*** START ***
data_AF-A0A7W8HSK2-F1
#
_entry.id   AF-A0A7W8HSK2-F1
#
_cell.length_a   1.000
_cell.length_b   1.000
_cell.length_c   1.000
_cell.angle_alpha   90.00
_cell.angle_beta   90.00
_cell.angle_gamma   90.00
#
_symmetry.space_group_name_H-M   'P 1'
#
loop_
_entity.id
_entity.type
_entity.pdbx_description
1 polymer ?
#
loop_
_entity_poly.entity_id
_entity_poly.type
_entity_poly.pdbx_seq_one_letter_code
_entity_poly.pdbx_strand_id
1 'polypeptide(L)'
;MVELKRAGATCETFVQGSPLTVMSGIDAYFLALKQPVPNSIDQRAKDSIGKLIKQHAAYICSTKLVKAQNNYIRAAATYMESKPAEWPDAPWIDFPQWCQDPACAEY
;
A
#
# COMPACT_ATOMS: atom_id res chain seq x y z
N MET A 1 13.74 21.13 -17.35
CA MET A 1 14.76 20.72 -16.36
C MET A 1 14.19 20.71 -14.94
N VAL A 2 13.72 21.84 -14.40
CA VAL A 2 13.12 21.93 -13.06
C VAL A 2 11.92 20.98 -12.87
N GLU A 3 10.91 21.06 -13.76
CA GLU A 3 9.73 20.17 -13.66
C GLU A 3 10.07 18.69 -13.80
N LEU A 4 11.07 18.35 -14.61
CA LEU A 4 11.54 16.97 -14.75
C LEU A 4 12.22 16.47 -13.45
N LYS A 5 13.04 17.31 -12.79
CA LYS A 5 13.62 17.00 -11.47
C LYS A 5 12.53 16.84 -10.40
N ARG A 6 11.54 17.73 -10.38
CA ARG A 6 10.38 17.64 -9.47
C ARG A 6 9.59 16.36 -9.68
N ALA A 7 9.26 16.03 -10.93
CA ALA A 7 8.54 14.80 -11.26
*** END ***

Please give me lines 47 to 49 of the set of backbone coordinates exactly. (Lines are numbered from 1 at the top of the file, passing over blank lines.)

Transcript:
CA ARG A 6 10.38 17.64 -9.47
C ARG A 6 9.59 16.36 -9.68
N ALA A 7 9.26 16.03 -10.93